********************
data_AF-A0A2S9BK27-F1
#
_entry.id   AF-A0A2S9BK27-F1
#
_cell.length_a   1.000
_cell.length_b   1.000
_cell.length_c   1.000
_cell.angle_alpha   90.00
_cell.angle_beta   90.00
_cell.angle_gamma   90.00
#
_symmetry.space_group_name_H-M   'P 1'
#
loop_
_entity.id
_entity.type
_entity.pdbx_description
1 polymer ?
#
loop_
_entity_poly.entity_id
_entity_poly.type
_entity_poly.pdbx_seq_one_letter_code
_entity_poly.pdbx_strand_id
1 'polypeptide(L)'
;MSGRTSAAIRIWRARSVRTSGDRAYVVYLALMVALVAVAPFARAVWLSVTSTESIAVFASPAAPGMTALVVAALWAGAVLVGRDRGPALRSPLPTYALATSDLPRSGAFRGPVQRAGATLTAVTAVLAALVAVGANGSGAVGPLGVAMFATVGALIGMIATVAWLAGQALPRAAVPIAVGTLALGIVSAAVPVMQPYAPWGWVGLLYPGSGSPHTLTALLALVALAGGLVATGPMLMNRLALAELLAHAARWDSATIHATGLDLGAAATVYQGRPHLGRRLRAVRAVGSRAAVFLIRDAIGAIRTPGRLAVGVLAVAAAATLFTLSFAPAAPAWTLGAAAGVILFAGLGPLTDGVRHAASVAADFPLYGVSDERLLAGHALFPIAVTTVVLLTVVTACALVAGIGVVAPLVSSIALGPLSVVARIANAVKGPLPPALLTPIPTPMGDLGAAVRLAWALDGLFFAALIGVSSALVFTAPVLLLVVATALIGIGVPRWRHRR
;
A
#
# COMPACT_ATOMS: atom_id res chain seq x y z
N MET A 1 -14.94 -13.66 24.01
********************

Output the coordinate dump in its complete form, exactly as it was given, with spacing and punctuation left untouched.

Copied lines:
data_AF-A0A2S9BK27-F1
#
_entry.id   AF-A0A2S9BK27-F1
#
_cell.length_a   1.000
_cell.length_b   1.000
_cell.length_c   1.000
_cell.angle_alpha   90.00
_cell.angle_beta   90.00
_cell.angle_gamma   90.00
#
_symmetry.space_group_name_H-M   'P 1'
#
loop_
_entity.id
_entity.type
_entity.pdbx_description
1 polymer ?
#
loop_
_entity_poly.entity_id
_entity_poly.type
_entity_poly.pdbx_seq_one_letter_code
_entity_poly.pdbx_strand_id
1 'polypeptide(L)'
;MSGRTSAAIRIWRARSVRTSGDRAYVVYLALMVALVAVAPFARAVWLSVTSTESIAVFASPAAPGMTALVVAALWAGAVLVGRDRGPALRSPLPTYALATSDLPRSGAFRGPVQRAGATLTAVTAVLAALVAVGANGSGAVGPLGVAMFATVGALIGMIATVAWLAGQALPRAAVPIAVGTLALGIVSAAVPVMQPYAPWGWVGLLYPGSGSPHTLTALLALVALAGGLVATGPMLMNRLALAELLAHAARWDSATIHATGLDLGAAATVYQGRPHLGRRLRAVRAVGSRAAVFLIRDAIGAIRTPGRLAVGVLAVAAAATLFTLSFAPAAPAWTLGAAAGVILFAGLGPLTDGVRHAASVAADFPLYGVSDERLLAGHALFPIAVTTVVLLTVVTACALVAGIGVVAPLVSSIALGPLSVVARIANAVKGPLPPALLTPIPTPMGDLGAAVRLAWALDGLFFAALIGVSSALVFTAPVLLLVVATALIGIGVPRWRHRR
;
A
#
# COMPACT_ATOMS: atom_id res chain seq x y z
N MET A 1 -14.94 -13.66 24.01